Confusion in the elderly caused by dehydration
Following on from my earlier article about encouraging elderly people to drink more fluids. This is important as the weather warms up.
Confusion in the elderly is often caused by one of the following situations,
- Dementia or other memory loss
- Urine infection
This article is focussing on confusion caused by dehydration.
From the age of 60 years, there is little more than 50% water in the body. This is part of the natural process of aging. Therefore, the elderly have lower water reserves and another complication: even dehydrated, they feel no desire to drink water, because their internal balance mechanisms do not work very well.
If living alone, it can be difficult to monitor their intake of fluid. One solution is when visiting to ask “what have you had to drink today ?” and also to leave a glass of water in the most used rooms. A notice on the fridge simply saying “drink more”.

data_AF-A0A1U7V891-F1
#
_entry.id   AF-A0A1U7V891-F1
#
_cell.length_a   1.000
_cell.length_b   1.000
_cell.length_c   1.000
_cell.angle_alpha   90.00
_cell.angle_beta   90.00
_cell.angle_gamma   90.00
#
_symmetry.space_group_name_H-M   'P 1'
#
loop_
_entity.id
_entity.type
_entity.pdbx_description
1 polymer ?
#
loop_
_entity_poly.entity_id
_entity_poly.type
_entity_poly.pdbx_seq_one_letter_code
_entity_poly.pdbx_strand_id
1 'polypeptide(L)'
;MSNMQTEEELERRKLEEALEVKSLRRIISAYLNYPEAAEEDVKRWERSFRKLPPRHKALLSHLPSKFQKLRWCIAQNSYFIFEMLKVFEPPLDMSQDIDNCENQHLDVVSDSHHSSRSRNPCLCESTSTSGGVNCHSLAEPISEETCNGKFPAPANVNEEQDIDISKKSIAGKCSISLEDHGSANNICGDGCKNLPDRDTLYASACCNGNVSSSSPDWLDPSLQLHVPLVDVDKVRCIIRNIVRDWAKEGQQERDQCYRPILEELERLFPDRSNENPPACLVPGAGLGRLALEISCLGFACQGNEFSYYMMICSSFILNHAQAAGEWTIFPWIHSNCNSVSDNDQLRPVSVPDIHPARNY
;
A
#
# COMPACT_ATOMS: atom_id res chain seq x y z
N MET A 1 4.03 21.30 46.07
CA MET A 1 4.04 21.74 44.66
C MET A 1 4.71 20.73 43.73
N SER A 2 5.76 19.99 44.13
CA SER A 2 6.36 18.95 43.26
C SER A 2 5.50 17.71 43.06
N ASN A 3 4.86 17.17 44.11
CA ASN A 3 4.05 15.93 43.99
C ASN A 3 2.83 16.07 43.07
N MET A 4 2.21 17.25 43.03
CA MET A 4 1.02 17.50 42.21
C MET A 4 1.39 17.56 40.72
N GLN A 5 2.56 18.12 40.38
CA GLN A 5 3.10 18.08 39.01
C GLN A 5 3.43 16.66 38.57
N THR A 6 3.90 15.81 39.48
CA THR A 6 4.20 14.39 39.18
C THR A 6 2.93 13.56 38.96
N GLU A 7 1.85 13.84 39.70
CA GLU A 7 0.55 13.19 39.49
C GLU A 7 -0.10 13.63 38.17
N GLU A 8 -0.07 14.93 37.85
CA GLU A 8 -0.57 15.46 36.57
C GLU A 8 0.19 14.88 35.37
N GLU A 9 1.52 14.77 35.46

Elderly people are less likely to drink water, so tea and other drinks are better than nothing and foods containing a high water content such as juicy fruits are good too. In the winter months watery, thin, soups such as consome are ideal to increase fluid levels and the summer ones, ice lollies, ice cubes and ice poles can help.
To detect whether an elderly person is dehydrated, simply gently pinch the skin on the back of their hand. If it doesn’t spring back, the likelihood is they are a little dehydrated. Severe hydration is a medical emergency and to be avoided at all costs.
When visiting a loved one in a residential environment or hospital setting “Think Drink” and ensure a drink is within reach and offer help with this if need be. Don’t wait to be asked as the elderly person may not do so!.